- 16 GB flash memory. More importantly, expandable via SD / SDHC cards. This means this thing is going to last me a good long time. 8GB of flash memory is $20 or less nowadays, and there are already 32GB cards though they're crazy expensive. The price is going to drop fast though, giving me almost unlimited storage space.
- Shows up as a simple FAT partition. This is essential for me. (Also supports MTP, if you can stomach it.) Music transfer via Devices in Amarok 1.4 works just fine.
- Folder browsing or ID3 tag browsing. I obsessively tag my music, so I like that way.
- Supports non-Latin alphabet filenames and tags. Most of my music is Japanese, so this is also essential for me. Cowon is a Korean company anyways, so they've got this down. The interface itself can be switched to many different languages, which is nice.
- Audio codec support: MP3, FLAC, OGG, WAV, WMA, APE. You can't beat that. All I needed was MP3, OGG and FLAC, but the others are a nice bonus.
- 52 hours of battery life for music, optimally. You'll never hit this in real life, but you're still likely to get almost two days worth of playtime. Comes with an A/C adapter, charges in 3.5 hours. Can also be charged via USB, of course. (The USB connector is a standard cable, no proprietary garbage, which is also nice.)
- Displays album art, including embedded art in MP3 tags.
- FM radio.
The only one of my requirements the D2 didn't meet was to have a replaceable battery. From what I've read of people who disassembled this thing, the battery is screwy and may be difficult to replace, but I'm not too worried.
The D2 does lots of other things I don't care about, like playing movies and displaying pictures and text files and Flash, and it has a scientific calculator and displays the time and so on. All I wanted this for was to play music, and it does that amazingly well.
The sound quality on the D2 is noticeably better than my old Muvo. It sounds very good. There are a lot of equalizer settings, bass boost, and a bunch of things I don't understand. I turned them all on, and everything sounds awesome. I can turn this thing up VERY loud (ear-shatteringly loud) before getting any distortion. With my Grado SR80's, music on the D2 sounds as good as or better than the sound card in my computer.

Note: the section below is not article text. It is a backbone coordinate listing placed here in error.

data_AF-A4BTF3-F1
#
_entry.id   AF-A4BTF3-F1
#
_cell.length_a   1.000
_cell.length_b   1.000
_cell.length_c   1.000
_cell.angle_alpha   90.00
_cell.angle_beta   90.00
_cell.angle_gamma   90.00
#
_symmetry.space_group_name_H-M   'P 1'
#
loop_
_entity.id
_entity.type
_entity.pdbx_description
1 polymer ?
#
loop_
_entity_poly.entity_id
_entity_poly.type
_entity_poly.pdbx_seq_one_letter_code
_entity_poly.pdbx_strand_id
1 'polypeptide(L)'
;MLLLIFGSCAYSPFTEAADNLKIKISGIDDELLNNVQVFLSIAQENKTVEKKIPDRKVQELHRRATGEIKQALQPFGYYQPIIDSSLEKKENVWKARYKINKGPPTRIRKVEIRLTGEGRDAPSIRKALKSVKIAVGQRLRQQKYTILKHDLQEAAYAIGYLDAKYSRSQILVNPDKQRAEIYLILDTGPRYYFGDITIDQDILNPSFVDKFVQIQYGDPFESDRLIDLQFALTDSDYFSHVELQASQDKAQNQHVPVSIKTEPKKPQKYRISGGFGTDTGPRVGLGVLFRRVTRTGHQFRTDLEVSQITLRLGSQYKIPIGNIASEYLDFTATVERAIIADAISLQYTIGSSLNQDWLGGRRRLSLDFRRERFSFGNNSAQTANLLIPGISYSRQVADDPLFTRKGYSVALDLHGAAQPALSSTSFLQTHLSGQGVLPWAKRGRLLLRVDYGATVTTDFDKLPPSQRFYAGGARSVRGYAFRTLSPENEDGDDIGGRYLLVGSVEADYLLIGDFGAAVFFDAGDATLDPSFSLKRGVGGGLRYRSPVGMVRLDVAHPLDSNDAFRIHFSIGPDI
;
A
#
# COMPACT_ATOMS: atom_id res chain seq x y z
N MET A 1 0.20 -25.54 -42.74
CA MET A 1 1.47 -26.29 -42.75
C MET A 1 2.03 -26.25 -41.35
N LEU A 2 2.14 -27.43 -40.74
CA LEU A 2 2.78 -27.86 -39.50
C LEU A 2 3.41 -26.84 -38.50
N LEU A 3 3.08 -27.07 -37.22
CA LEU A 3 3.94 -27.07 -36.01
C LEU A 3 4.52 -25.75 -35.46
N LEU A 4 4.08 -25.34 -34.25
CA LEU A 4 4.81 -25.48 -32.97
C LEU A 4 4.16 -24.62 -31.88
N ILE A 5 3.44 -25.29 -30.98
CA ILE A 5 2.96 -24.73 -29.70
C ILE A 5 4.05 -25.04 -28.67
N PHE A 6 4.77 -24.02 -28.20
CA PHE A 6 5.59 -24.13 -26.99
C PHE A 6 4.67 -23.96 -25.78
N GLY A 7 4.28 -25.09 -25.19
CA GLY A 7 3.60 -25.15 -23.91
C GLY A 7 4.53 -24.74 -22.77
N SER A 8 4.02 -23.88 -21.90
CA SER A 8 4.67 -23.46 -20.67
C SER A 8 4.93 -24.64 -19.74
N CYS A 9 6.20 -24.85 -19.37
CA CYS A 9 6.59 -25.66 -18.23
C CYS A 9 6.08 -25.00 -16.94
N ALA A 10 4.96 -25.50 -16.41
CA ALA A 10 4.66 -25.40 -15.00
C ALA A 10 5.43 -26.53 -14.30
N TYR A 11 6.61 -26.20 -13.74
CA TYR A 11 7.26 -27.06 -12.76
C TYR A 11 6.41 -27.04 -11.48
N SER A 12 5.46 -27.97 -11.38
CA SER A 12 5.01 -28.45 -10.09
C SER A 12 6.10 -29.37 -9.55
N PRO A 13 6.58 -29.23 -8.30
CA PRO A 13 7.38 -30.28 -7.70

The touch-screen interface is good enough for me. I'm not thrilled by such things and I'm smart enough to adapt to any usable interface; "user-friendliness" was not on my list of priorities. I'd rather have power than simplicity, and this gives me the power I want.
This player is like the KDE of MP3 players; there are options for almost everything you can think of. The interface is crammed full of information but the stylus works well to get through it. If you like a dumbed-down minimalist iPod click-wheel kind of interface, the D2 isn't for you. The D2 also has three hardware buttons, two for volume and one for menu, and their function can be customized.
All of this for $175 from amazon.com. This is a very good time to buy a D2, because the next generation of Cowon players is right around the corner. The D2 is likely to be discontinued in favor of fancier, flashier, more expensive but less awesome players. I couldn't let this pass.
AnythingButIpod has a good review of this player including videos.